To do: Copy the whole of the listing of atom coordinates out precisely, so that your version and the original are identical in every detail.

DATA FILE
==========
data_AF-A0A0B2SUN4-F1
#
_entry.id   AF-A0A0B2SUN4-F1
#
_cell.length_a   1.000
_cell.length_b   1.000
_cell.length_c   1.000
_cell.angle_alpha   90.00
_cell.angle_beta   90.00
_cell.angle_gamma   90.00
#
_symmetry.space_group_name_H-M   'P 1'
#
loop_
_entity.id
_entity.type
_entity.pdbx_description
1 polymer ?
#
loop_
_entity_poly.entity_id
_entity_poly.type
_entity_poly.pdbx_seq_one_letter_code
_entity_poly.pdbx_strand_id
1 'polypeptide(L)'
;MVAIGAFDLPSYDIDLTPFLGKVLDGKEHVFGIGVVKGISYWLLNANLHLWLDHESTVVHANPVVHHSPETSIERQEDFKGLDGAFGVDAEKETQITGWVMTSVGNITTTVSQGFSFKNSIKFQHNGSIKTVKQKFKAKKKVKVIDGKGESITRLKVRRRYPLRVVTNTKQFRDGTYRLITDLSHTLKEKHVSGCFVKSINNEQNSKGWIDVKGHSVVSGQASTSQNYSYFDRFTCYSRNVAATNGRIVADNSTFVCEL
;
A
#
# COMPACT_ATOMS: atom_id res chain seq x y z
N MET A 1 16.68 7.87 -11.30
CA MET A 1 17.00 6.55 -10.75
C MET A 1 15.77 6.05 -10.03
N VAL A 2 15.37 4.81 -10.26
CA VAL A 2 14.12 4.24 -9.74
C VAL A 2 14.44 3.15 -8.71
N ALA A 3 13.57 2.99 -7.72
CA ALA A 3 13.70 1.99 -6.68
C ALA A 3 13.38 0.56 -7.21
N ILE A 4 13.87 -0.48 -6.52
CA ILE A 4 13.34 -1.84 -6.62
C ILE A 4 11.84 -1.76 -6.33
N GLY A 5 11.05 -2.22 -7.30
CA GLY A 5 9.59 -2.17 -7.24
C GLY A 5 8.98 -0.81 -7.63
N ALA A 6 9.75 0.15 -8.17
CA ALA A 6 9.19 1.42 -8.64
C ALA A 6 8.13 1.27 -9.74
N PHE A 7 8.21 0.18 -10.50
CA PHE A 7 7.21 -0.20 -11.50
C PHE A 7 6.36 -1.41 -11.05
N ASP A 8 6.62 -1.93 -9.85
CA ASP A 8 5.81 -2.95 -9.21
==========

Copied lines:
data_AF-A0A0B2SUN4-F1
#
_entry.id   AF-A0A0B2SUN4-F1
#
_cell.length_a   1.000
_cell.length_b   1.000
_cell.length_c   1.000
_cell.angle_alpha   90.00
_cell.angle_beta   90.00
_cell.angle_gamma   90.00
#
_symmetry.space_group_name_H-M   'P 1'
#
loop_
_entity.id
_entity.type
_entity.pdbx_description
1 polymer ?
#
loop_
_entity_poly.entity_id
_entity_poly.type
_entity_poly.pdbx_seq_one_letter_code
_entity_poly.pdbx_strand_id
1 'polypeptide(L)'
;MVAIGAFDLPSYDIDLTPFLGKVLDGKEHVFGIGVVKGISYWLLNANLHLWLDHESTVVHANPVVHHSPETSIERQEDFKGLDGAFGVDAEKETQITGWVMTSVGNITTTVSQGFSFKNSIKFQHNGSIKTVKQKFKAKKKVKVIDGKGESITRLKVRRRYPLRVVTNTKQFRDGTYRLITDLSHTLKEKHVSGCFVKSINNEQNSKGWIDVKGHSVVSGQASTSQNYSYFDRFTCYSRNVAATNGRIVADNSTFVCEL
;
A
#
# COMPACT_ATOMS: atom_id res chain seq x y z
N MET A 1 16.68 7.87 -11.30
CA MET A 1 17.00 6.55 -10.75
C MET A 1 15.77 6.05 -10.03
N VAL A 2 15.37 4.81 -10.26
CA VAL A 2 14.12 4.24 -9.74
C VAL A 2 14.44 3.15 -8.71
N ALA A 3 13.57 2.99 -7.72
CA ALA A 3 13.70 1.99 -6.68
C ALA A 3 13.38 0.56 -7.21
N ILE A 4 13.87 -0.48 -6.52
CA ILE A 4 13.34 -1.84 -6.62
C ILE A 4 11.84 -1.76 -6.33
N GLY A 5 11.05 -2.22 -7.30
CA GLY A 5 9.59 -2.17 -7.24
C GLY A 5 8.98 -0.81 -7.63
N ALA A 6 9.75 0.15 -8.17
CA ALA A 6 9.19 1.42 -8.64
C ALA A 6 8.13 1.27 -9.74
N PHE A 7 8.21 0.18 -10.50
CA PHE A 7 7.21 -0.20 -11.50
C PHE A 7 6.36 -1.41 -11.05
N ASP A 8 6.62 -1.93 -9.85
CA ASP A 8 5.81 -2.95 -9.21